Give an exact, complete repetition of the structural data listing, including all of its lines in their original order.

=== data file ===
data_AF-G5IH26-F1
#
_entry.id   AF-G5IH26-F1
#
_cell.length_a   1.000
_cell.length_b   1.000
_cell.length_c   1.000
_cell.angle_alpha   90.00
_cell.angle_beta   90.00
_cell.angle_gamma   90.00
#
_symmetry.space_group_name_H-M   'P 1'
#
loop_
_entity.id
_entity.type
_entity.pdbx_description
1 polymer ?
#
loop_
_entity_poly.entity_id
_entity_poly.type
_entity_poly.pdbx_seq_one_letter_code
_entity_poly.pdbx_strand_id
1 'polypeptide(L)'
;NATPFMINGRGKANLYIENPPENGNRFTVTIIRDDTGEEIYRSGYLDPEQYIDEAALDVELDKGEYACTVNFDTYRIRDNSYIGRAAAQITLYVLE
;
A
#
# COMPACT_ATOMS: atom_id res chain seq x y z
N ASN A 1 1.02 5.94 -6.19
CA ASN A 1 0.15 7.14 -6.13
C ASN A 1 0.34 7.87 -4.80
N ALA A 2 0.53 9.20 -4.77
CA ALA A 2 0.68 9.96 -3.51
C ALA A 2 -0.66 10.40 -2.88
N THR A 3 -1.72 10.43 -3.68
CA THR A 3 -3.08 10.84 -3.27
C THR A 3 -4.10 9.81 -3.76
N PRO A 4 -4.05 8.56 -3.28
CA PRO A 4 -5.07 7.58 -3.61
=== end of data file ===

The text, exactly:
data_AF-G5IH26-F1
#
_entry.id   AF-G5IH26-F1
#
_cell.length_a   1.000
_cell.length_b   1.000
_cell.length_c   1.000
_cell.angle_alpha   90.00
_cell.angle_beta   90.00
_cell.angle_gamma   90.00
#
_symmetry.space_group_name_H-M   'P 1'
#
loop_
_entity.id
_entity.type
_entity.pdbx_description
1 polymer ?
#
loop_
_entity_poly.entity_id
_entity_poly.type
_entity_poly.pdbx_seq_one_letter_code
_entity_poly.pdbx_strand_id
1 'polypeptide(L)'
;NATPFMINGRGKANLYIENPPENGNRFTVTIIRDDTGEEIYRSGYLDPEQYIDEAALDVELDKGEYACTVNFDTYRIRDNSYIGRAAAQITLYVLE
;
A
#
# COMPACT_ATOMS: atom_id res chain seq x y z
N ASN A 1 1.02 5.94 -6.19
CA ASN A 1 0.15 7.14 -6.13
C ASN A 1 0.34 7.87 -4.80
N ALA A 2 0.53 9.20 -4.77
CA ALA A 2 0.68 9.96 -3.51
C ALA A 2 -0.66 10.40 -2.88
N THR A 3 -1.72 10.43 -3.68
CA THR A 3 -3.08 10.84 -3.27
C THR A 3 -4.10 9.81 -3.76
N PRO A 4 -4.05 8.56 -3.28
CA PRO A 4 -5.07 7.58 -3.61